Principles of Life

Soon after the completion of a multi-storeyed building called Akashdeep in Bombay, the whole construction collapsed. The engineers said that the reason for its collapse was that less cement had been used than specified by safety regulations. In another statement the director of a technical institute said, “RCC construction is a scientific process which is excellent in the hands of qualified and experienced people, but dangerous if managed by incompetent engineers and contractors.” The Times of India, 4 September 1983)

If an engine driver is to set his locomotive in motion, he has to stand before the fire and endure its fierce heat. This huge and complex machine, built up of so many parts, will remain immobile unless he is prepared to do so. The same goes for society. It will not function unless the individuals who have to make all its parts work are prepared to sacrifice something of their own and are ready to endure difficulties, if not actual hardship.

“When one’s ego is touched,” an eminent psychologist once observed, “it turns into super-ego, and the result is breakdown.” Much the same thing was said some thirteen hundred years back by ‘Umair ibn Habib ibn Hamashah. During his last days this Companion of the Prophet Muhammad gave some advice to his grandson, Abu Ja‘afar al-Khatmi, part of which was about patience. “One who does not bear with a small hurt from a foolish person will have to bear with great harm,” was what he said.

A luckless passenger rushed, panting, into the station just as his train was steaming out. His watch—unaccountably slow by ten minutes—had let him down. “Don’t worry, Babuji,” sympathised a passing porter, there will be another train along in about a couple of hours. Why go away? Just wait here for it on this same platform.” The passenger, keen to reach his destination, decided to accept his advice, even if it meant waiting two, long tedious hours.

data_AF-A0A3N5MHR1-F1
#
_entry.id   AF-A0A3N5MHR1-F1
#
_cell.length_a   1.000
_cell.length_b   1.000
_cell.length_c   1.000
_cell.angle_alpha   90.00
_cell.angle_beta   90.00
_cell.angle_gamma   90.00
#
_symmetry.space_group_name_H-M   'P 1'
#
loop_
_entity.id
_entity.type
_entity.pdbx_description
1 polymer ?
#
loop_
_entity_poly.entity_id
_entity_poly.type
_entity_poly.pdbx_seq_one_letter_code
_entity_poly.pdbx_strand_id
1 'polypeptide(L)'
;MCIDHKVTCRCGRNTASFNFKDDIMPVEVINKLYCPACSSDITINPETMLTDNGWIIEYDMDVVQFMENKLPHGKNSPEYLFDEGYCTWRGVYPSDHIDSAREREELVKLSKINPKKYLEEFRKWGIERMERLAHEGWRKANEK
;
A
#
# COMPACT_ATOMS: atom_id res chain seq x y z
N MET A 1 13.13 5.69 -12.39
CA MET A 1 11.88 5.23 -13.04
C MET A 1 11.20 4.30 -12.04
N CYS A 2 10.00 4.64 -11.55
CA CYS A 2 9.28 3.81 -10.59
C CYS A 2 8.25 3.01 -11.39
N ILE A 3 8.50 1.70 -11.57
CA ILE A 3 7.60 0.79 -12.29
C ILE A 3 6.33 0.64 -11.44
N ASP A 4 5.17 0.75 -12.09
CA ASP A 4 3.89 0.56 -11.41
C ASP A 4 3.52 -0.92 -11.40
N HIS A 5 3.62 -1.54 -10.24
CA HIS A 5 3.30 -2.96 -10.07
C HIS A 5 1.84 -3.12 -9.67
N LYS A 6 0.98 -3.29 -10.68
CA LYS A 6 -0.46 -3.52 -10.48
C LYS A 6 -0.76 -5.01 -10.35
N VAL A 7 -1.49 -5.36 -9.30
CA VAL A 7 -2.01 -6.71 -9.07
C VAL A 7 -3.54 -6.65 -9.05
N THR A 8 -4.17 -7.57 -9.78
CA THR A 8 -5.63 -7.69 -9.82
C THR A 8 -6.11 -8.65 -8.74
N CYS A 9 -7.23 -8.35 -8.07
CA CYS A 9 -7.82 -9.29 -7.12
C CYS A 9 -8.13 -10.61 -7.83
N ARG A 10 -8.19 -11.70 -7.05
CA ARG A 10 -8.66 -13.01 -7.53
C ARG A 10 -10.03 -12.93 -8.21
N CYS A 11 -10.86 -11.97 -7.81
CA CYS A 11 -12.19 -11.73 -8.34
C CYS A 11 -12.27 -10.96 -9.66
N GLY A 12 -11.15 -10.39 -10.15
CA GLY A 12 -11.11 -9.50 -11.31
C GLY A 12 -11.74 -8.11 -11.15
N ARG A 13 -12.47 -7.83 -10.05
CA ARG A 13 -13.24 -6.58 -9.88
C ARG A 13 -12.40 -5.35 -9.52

The bees make their hives at one place, but often have to travel many miles to other places to suck the nectar from the flowers. Sometimes they have to keep flying the whole day in order to do so, and observation of the bees has shown that when they leave home in the early morning, it is still dark, but that when they set off for home in the evening, the sun has not yet set and it is still light.

A certain student from Rajasthan had failed in his high school examinations. He appeared again the following year, but failed again. After having failed for the third time the next year he was so ashamed of his performance that he left his home, unable to show his face to his family.

The Bata Shoe Company is named after the family, which founded it. Originally the Bata family lived in Czechoslovakia, where they began manufacturing shoes as far back as 1620. Thomas Bata Senior, father of the present proprietor, established a shoe factory for the first time in 1925. His career was cut short though when his private plane lost its bearings in heavy fog and crashed, burning him to death on the spot. On his father’s death, Thomas Bata Junior became president of Bata Ltd.

Iana Devangaddy of Bangalore was a student at Cambridge when Jawahar Lal Nehru went to study there. He developed a close association with Nehru. It was because of this relationship that his son, Deren Angaddy, heard a lot about Nehru during his childhood. Impressed with his personality, Deren used to impersonate him. Later Deren became a film actor.

Elias Howe (1819-1867) was born in Massachusetts, U.S.A. He died at the young age of 48. Although his life was short, his contribution to the world of clothes—that of the sewing machine—will always be remembered.

The sewing machine invented by Elias Howe was at first utilized, not for sewing clothes, but for stitching shoes. The main breakthrough was the development of a lock stitch by a shuttle carrying a lower thread and a needle carrying an upper thread which passed through a hole situated at the tip of the needle.